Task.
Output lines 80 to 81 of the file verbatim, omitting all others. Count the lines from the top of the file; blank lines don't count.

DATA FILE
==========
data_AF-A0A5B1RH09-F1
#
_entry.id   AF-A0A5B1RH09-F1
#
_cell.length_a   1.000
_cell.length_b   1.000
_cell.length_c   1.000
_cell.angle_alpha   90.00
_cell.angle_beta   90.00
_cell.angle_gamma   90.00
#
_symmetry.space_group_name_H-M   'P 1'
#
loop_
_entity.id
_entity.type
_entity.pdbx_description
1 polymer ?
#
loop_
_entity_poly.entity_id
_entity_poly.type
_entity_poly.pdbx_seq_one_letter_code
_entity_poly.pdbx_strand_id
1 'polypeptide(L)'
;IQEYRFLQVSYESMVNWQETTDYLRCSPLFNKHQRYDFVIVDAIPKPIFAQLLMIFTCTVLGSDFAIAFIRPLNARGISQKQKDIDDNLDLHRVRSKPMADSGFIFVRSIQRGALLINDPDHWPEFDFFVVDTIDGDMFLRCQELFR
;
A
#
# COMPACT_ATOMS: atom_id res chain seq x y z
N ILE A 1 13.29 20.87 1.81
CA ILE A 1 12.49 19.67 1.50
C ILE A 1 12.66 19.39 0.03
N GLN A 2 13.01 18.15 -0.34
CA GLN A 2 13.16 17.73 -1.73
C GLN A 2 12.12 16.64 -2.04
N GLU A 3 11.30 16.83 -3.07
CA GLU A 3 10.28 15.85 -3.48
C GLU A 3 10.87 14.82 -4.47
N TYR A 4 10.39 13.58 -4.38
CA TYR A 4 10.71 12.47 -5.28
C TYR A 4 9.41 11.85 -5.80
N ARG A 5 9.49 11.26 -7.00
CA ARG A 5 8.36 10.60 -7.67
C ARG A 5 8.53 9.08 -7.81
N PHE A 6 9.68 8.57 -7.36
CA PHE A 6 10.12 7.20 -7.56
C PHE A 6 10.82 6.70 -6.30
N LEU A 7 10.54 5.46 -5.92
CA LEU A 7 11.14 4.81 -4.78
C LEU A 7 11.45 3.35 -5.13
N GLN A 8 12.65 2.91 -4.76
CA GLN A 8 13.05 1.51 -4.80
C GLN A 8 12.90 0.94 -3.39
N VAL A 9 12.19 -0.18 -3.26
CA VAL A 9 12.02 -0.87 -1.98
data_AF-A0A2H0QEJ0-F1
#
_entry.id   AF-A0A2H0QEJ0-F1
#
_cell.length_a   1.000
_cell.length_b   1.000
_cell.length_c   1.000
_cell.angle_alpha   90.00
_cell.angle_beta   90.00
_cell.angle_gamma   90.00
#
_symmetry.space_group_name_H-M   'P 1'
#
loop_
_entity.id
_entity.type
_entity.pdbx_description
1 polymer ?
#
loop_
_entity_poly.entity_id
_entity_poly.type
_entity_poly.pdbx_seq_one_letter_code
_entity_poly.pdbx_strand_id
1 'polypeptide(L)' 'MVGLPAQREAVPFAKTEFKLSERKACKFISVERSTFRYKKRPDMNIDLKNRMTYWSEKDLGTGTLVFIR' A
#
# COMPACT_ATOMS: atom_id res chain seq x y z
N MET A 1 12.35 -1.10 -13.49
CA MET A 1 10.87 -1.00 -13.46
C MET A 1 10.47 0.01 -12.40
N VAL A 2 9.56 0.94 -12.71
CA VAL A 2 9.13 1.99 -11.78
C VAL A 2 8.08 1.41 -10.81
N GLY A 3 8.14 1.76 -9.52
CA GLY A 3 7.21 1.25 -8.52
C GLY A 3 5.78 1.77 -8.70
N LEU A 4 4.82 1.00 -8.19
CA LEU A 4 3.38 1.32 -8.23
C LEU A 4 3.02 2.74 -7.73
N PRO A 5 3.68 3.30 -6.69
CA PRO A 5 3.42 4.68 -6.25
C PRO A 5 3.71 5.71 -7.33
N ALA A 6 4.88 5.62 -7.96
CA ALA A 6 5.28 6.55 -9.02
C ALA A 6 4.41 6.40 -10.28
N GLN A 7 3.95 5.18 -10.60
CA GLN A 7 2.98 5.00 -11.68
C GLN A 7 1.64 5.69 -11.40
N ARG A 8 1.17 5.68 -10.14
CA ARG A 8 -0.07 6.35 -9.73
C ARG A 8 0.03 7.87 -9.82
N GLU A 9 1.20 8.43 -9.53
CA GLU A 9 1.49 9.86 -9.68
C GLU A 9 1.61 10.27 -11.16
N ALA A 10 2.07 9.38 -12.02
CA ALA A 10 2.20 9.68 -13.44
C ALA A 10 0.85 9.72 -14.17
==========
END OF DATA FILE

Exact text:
_entity_poly.pdbx_strand_id
1 'polypeptide(L)' 'MVGLPAQREAVPFAKTEFKLSERKACKFISVERSTFRYKKRPDMNIDLKNRMTYWSEKDLGTGTLVFIR' A